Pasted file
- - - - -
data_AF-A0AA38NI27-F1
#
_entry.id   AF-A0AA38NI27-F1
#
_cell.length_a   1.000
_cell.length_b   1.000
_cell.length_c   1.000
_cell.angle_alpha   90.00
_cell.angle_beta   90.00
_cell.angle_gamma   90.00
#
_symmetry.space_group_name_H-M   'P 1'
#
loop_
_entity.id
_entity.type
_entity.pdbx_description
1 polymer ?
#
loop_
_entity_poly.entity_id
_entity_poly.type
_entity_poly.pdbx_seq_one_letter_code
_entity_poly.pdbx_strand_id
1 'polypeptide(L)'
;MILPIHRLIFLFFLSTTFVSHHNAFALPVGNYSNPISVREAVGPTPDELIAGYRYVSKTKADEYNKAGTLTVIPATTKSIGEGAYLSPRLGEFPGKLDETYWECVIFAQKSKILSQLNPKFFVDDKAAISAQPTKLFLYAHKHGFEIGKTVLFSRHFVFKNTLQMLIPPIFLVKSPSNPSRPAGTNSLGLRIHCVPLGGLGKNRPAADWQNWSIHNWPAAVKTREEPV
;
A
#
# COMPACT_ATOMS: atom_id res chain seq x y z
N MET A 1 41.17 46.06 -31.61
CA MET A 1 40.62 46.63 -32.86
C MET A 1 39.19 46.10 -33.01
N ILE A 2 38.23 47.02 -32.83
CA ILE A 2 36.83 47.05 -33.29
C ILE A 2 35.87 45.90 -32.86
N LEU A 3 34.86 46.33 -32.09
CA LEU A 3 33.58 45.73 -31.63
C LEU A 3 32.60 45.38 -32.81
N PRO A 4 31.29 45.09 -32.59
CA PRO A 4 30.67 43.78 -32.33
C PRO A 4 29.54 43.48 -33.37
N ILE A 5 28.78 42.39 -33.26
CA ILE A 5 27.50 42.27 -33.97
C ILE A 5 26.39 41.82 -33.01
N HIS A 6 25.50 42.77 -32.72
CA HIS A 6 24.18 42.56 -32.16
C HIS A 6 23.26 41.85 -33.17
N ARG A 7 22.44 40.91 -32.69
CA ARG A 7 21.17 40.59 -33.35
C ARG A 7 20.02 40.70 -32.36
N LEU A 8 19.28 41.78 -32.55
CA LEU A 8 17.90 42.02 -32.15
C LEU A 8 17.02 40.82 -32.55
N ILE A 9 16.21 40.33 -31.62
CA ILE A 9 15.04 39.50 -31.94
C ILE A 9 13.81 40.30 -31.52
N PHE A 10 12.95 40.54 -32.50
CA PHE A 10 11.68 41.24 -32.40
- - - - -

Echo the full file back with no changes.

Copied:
data_AF-A0AA38NI27-F1
#
_entry.id   AF-A0AA38NI27-F1
#
_cell.length_a   1.000
_cell.length_b   1.000
_cell.length_c   1.000
_cell.angle_alpha   90.00
_cell.angle_beta   90.00
_cell.angle_gamma   90.00
#
_symmetry.space_group_name_H-M   'P 1'
#
loop_
_entity.id
_entity.type
_entity.pdbx_description
1 polymer ?
#
loop_
_entity_poly.entity_id
_entity_poly.type
_entity_poly.pdbx_seq_one_letter_code
_entity_poly.pdbx_strand_id
1 'polypeptide(L)'
;MILPIHRLIFLFFLSTTFVSHHNAFALPVGNYSNPISVREAVGPTPDELIAGYRYVSKTKADEYNKAGTLTVIPATTKSIGEGAYLSPRLGEFPGKLDETYWECVIFAQKSKILSQLNPKFFVDDKAAISAQPTKLFLYAHKHGFEIGKTVLFSRHFVFKNTLQMLIPPIFLVKSPSNPSRPAGTNSLGLRIHCVPLGGLGKNRPAADWQNWSIHNWPAAVKTREEPV
;
A
#
# COMPACT_ATOMS: atom_id res chain seq x y z
N MET A 1 41.17 46.06 -31.61
CA MET A 1 40.62 46.63 -32.86
C MET A 1 39.19 46.10 -33.01
N ILE A 2 38.23 47.02 -32.83
CA ILE A 2 36.83 47.05 -33.29
C ILE A 2 35.87 45.90 -32.86
N LEU A 3 34.86 46.33 -32.09
CA LEU A 3 33.58 45.73 -31.63
C LEU A 3 32.60 45.38 -32.81
N PRO A 4 31.29 45.09 -32.59
CA PRO A 4 30.67 43.78 -32.33
C PRO A 4 29.54 43.48 -33.37
N ILE A 5 28.78 42.39 -33.26
CA ILE A 5 27.50 42.27 -33.97
C ILE A 5 26.39 41.82 -33.01
N HIS A 6 25.50 42.77 -32.72
CA HIS A 6 24.18 42.56 -32.16
C HIS A 6 23.26 41.85 -33.17
N ARG A 7 22.44 40.91 -32.69
CA ARG A 7 21.17 40.59 -33.35
C ARG A 7 20.02 40.70 -32.36
N LEU A 8 19.28 41.78 -32.55
CA LEU A 8 17.90 42.02 -32.15
C LEU A 8 17.02 40.82 -32.55
N ILE A 9 16.21 40.33 -31.62
CA ILE A 9 15.04 39.50 -31.94
C ILE A 9 13.81 40.30 -31.52
N PHE A 10 12.95 40.54 -32.50
CA PHE A 10 11.68 41.24 -32.40